Opinion: Next step for Inslee’s permanent vaccine mandate

Elizabeth Hovde shares why the Washington Policy Center recommends the Legislature repeal this mandate when it meets this coming January.

Elizabeth Hovde shares why the Washington Policy Center recommends the Legislature repeal this mandate when it meets this coming January

Elizabeth Hovde
Washington Policy Center

Rules have been made, comments have been compiled, and despite its unpopularity, it looks like Washington state employees in executive and small-cabinet agencies are going to be stuck with Gov. Jay Inslee’s outdated COVID-19 vaccine mandate as a condition for ongoing employment. New employees in executive and small-cabinet agencies will also be mandated to have an initial vaccine series. 

Elizabeth Hovde
Elizabeth Hovde

Boosters will not be required, making the whole mandate look a bit silly — knowing that vaccine immunity wanes. Instead, boosters were bought in negotiations with public employee unions. Taxpayers will be on the hook for paying a public employee who wants or is coerced into getting a booster $1,000 in booster-incentive pay. Read more here.

Washington’s Office of Financial Management (OFM), which was charged with rulemaking for Gov. Jay Inslee’s permanent vaccine mandate as ordered in Directive 22-13.1, has reviewed all the written comments and oral testimony it received in the time that was allotted for the public to weigh in. That time has now ended. A letter summarizing all the feedback was sent to OFM Director David Schumacher, who was appointed director of OFM by Inslee in 2013.

Now, the director can approve the rules OFM staff crafted that create “new provisions for non-represented employees to continue the requirement to be fully vaccinated, or granted exemption/approved accommodation, and requiring employers separate an employee for failure to comply with COVID-19 vaccination requirements.” If he does, the rulemaking will be filed with the Code Reviser’s Office, with an effective date of Nov.1. I’m told by OFM that the rulemaking will then be posted on the agency’s website within a day of filing. You can follow rulemaking activity and see updates here. See the civil service rules in Washington Administrative Code 357 here

The Executive Cabinet consists of 24 agencies, including the Department of Transportation, Washington State Patrol and the Department of Corrections — all of which have had heartburn caused by the vaccine mandate. See the full group of state agencies here. Every small-cabinet agency can be seen here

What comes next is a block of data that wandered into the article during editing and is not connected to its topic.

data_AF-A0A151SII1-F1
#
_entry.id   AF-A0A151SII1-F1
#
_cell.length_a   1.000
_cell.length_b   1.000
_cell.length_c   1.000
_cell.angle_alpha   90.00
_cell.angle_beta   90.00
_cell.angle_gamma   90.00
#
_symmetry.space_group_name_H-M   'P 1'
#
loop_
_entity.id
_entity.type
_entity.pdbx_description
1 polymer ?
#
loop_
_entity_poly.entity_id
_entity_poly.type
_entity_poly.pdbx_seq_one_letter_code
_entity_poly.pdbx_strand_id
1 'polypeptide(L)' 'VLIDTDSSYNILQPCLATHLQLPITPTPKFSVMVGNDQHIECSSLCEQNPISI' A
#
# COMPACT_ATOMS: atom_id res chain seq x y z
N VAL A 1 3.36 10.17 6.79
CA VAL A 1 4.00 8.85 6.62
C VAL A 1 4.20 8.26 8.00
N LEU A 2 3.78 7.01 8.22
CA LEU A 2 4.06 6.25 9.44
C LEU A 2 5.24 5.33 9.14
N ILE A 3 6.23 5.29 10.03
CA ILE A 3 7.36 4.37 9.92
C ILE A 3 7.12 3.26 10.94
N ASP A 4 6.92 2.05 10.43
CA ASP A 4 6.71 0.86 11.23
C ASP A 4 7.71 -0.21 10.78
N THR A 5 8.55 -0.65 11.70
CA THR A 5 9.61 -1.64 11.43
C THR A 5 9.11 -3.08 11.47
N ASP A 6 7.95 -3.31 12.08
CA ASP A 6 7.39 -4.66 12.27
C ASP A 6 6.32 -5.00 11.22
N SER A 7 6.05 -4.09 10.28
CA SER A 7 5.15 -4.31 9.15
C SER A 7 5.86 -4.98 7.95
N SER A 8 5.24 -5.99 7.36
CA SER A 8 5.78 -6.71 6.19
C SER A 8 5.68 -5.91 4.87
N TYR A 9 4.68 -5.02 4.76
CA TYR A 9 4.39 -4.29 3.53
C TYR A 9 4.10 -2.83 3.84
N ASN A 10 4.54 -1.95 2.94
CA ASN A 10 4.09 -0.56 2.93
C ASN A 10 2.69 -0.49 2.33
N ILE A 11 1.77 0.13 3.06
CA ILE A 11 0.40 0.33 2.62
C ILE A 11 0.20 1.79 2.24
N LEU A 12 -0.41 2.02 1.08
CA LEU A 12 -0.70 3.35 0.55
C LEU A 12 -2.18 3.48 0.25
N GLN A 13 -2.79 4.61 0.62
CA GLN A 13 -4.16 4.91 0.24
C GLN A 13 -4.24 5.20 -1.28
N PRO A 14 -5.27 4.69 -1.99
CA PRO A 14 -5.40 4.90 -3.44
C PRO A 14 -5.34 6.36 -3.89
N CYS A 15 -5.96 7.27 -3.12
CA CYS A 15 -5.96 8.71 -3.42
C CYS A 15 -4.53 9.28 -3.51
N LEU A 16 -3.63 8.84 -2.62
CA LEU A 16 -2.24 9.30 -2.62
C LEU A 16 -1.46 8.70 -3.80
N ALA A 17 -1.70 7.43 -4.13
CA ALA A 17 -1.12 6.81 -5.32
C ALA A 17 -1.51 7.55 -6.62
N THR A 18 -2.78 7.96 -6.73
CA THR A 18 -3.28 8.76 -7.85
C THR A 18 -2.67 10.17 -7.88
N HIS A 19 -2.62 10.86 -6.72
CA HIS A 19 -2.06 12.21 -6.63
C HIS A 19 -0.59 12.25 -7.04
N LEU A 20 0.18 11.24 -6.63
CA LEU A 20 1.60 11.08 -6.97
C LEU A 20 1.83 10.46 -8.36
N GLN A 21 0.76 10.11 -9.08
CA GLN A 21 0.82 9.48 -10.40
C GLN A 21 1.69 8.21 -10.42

Inslee also encourages other state agencies to join him in a permanent COVID-19 vaccine mandate. His directive reads, “I call upon our higher education institutions, our independent agencies, our boards, councils and commissions, and other separately elected officials to consider similar requirements within their agencies and jurisdictions.” So far, I am unaware of any takers. It appears other agencies led by different leaders might agree with the numbers and science that show this mandate is inappropriate and that it does not bring a demonstrable public health benefit.

COVID-19 is serious, but it is no longer a public-health crisis. It has become like other viruses that we have to deal with in a reasonable and voluntary way. And you can spread or contract COVID-19 regardless of vaccination status.

Inslee’s COVID-19 vaccine mandate for employment does not serve the public or the state workforce. People of working ages – and they are who the vaccine mandate applies to – have never been the ones dying from COVID-19 in a way that depletes hospital resources or workforces. Staffing shortages have been exacerbated by the governor’s vaccine mandate, on the other hand.

When the deadline for vaccination passed, numbers from OFM showed nearly 1,900 people were fired, resigned or retired due to the mandate on state employees. People’s careers were ruined, their individual and family finances suffered, and state service levels were harmed and remain worrisome.

Washington Policy Center recommends the Legislature repeal this mandate when it meets this coming January.

Elizabeth Hovde is a policy analyst and the director of the Centers for Health Care and Worker Rights at the Washington Policy Center. She is a Clark County resident.

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